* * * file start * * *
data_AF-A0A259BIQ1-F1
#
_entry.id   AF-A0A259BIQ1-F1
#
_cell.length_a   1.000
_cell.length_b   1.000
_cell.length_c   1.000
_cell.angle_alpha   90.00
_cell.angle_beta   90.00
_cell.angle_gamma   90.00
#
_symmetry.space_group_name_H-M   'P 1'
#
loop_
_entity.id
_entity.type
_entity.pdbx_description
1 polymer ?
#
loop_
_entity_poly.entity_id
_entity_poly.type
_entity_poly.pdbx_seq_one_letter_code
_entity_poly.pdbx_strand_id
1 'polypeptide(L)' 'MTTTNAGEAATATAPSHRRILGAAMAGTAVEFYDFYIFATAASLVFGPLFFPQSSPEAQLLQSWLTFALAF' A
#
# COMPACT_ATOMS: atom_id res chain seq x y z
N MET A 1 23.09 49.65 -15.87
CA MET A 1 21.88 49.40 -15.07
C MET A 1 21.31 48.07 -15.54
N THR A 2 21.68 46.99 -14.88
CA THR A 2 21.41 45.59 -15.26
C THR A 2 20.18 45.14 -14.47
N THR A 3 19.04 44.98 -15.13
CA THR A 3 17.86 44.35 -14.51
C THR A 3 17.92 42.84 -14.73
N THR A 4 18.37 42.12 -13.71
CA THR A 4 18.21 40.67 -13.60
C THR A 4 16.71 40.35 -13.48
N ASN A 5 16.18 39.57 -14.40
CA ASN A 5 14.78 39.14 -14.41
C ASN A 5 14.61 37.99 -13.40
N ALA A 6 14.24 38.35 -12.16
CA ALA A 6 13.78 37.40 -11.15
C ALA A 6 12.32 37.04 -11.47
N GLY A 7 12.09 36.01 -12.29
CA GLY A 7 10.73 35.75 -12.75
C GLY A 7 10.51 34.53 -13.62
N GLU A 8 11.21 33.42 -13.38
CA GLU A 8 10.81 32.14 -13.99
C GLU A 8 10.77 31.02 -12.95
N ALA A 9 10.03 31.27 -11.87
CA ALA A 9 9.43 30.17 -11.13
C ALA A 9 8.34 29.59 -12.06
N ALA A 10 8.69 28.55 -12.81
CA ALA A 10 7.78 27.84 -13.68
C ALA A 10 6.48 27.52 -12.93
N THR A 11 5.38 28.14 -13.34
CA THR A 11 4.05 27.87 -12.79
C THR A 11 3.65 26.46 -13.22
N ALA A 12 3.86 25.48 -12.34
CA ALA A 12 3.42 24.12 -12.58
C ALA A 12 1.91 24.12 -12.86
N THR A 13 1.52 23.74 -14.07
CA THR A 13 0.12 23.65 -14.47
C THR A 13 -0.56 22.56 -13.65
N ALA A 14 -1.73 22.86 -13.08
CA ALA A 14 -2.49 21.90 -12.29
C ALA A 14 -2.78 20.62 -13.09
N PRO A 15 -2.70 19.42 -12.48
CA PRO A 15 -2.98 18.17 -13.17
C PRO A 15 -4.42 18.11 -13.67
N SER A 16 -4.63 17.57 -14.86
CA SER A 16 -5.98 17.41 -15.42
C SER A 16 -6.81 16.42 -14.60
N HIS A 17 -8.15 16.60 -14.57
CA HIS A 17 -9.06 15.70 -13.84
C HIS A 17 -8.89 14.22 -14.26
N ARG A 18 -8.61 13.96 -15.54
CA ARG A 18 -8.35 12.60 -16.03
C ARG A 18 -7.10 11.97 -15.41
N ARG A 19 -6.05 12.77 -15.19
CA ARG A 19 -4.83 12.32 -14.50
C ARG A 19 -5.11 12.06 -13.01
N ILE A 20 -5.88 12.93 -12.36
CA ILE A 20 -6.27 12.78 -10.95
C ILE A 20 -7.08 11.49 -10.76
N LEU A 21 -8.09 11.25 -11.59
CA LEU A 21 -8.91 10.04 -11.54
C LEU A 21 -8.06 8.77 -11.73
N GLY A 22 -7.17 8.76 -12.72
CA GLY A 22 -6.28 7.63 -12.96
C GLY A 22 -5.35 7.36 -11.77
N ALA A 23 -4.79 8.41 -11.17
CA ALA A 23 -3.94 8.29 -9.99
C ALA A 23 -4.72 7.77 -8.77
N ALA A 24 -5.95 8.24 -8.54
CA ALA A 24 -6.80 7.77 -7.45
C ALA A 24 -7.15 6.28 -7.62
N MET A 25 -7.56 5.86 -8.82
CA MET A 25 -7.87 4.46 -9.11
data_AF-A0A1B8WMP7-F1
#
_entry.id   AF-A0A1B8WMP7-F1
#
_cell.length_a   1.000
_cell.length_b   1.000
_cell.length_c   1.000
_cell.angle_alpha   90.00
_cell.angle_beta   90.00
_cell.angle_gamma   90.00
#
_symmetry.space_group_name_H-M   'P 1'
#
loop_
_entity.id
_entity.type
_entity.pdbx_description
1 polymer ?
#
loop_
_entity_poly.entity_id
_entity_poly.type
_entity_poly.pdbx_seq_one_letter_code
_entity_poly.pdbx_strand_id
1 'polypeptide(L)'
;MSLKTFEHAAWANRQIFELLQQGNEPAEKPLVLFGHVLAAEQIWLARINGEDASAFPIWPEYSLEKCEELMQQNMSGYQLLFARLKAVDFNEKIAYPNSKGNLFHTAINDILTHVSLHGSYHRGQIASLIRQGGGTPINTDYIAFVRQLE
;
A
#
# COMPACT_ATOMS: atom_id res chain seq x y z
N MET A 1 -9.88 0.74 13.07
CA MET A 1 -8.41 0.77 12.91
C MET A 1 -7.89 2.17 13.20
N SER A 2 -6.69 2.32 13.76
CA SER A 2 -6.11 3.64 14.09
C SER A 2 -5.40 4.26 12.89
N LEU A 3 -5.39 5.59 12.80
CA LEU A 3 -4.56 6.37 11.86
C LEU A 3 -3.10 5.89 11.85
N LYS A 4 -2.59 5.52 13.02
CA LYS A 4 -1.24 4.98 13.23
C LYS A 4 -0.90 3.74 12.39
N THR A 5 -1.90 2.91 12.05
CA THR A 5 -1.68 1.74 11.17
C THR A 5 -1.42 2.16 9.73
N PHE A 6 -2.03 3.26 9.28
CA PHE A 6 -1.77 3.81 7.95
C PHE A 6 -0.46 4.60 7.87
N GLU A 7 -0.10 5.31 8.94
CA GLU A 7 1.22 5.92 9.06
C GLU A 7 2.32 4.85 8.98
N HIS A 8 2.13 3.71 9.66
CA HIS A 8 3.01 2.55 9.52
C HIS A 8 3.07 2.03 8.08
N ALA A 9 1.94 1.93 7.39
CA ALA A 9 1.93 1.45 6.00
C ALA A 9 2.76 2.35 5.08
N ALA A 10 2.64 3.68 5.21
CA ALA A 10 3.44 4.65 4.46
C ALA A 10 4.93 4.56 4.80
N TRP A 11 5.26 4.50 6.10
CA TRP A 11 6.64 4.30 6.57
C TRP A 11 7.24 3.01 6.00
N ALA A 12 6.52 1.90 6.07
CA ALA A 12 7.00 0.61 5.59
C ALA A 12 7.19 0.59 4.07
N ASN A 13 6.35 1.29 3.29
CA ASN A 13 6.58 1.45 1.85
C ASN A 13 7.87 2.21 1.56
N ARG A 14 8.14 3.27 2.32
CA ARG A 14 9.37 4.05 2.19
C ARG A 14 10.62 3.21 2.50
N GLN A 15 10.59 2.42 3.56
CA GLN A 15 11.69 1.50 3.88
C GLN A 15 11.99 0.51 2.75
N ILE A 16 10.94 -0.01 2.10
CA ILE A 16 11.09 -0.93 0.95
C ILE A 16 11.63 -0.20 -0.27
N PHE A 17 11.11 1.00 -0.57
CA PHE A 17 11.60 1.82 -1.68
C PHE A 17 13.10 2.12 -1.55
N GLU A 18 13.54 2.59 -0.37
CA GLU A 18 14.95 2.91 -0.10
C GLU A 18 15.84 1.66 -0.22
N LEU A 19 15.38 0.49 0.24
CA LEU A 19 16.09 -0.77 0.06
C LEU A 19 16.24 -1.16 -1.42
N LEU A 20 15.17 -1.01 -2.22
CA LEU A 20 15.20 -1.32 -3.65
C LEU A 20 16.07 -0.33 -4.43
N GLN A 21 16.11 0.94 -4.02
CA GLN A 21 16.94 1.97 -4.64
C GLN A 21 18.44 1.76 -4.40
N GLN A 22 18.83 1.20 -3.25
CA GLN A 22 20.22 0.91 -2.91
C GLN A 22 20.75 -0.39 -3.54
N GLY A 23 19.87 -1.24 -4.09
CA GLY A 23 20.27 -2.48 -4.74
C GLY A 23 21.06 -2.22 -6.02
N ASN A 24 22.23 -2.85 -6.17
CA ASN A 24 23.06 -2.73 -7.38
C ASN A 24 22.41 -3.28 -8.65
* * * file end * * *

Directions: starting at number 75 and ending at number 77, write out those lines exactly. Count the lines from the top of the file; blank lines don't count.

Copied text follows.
C SER A 16 -6.81 16.42 -14.60
N HIS A 17 -8.15 16.60 -14.57
CA HIS A 17 -9.06 15.70 -13.84